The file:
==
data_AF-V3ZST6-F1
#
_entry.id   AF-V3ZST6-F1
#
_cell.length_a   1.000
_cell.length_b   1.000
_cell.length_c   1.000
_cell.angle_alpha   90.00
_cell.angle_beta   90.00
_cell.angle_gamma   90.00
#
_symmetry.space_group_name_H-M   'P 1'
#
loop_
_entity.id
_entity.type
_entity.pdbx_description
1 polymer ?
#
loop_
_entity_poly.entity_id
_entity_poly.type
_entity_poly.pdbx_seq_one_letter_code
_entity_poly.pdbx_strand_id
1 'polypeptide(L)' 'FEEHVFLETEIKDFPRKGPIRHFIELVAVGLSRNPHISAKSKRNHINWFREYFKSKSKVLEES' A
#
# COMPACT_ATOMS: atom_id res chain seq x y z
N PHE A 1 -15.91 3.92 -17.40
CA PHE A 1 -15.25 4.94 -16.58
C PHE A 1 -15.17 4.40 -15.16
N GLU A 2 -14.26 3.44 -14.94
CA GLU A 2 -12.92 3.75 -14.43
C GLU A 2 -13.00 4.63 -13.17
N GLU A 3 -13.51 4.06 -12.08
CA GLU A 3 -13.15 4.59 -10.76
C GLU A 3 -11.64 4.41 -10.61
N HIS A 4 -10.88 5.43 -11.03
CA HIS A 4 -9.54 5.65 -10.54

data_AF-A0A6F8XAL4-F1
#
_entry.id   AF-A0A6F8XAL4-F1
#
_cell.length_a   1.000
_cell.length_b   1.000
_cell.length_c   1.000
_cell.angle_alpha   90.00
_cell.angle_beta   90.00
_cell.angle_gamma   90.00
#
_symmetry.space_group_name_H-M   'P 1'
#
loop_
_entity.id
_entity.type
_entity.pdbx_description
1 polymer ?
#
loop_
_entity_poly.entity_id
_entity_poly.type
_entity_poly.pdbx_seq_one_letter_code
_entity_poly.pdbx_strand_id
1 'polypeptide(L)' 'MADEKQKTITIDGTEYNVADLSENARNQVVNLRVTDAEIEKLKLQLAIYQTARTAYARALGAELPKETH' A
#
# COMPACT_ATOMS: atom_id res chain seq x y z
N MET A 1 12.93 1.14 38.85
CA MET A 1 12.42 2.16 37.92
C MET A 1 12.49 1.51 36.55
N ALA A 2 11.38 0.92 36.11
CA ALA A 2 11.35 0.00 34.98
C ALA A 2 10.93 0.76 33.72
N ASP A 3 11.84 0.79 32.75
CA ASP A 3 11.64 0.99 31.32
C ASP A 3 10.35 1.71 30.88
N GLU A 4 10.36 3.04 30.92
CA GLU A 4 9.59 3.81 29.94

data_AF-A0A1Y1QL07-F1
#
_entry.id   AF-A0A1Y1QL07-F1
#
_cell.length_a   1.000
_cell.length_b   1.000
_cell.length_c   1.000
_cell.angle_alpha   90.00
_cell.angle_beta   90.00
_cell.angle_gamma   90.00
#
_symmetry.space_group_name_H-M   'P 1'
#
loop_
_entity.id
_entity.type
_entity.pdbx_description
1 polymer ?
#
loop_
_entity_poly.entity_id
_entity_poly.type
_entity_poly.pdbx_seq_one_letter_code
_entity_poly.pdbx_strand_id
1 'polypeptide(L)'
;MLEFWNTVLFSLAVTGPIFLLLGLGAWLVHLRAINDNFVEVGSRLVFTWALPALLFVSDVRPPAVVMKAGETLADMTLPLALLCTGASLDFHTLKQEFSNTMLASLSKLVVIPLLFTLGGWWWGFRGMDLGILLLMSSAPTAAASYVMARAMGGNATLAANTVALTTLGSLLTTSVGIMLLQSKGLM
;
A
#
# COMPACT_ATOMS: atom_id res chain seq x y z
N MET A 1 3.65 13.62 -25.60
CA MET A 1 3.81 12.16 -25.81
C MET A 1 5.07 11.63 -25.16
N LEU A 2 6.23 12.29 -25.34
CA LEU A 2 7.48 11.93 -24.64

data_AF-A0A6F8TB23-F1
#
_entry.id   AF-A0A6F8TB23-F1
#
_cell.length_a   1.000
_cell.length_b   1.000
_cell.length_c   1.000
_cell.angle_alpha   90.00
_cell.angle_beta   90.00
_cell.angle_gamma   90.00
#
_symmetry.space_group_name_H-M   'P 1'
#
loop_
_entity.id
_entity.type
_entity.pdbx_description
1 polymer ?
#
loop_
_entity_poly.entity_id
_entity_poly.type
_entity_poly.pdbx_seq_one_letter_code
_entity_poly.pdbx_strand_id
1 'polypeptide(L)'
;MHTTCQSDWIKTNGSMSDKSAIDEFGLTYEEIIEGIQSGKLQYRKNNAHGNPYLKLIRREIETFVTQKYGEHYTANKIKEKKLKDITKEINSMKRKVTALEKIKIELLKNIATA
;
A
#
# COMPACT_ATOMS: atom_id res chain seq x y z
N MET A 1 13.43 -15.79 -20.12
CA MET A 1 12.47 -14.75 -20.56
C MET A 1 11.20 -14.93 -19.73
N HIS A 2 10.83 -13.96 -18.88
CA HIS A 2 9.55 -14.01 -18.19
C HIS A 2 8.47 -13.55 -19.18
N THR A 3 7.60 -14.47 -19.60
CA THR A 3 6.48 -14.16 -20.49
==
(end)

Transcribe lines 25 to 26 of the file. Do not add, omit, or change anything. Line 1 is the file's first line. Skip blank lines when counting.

1 'polypeptide(L)' 'FEEHVFLETEIKDFPRKGPIRHFIELVAVGLSRNPHISAKSKRNHINWFREYFKSKSKVLEES' A
#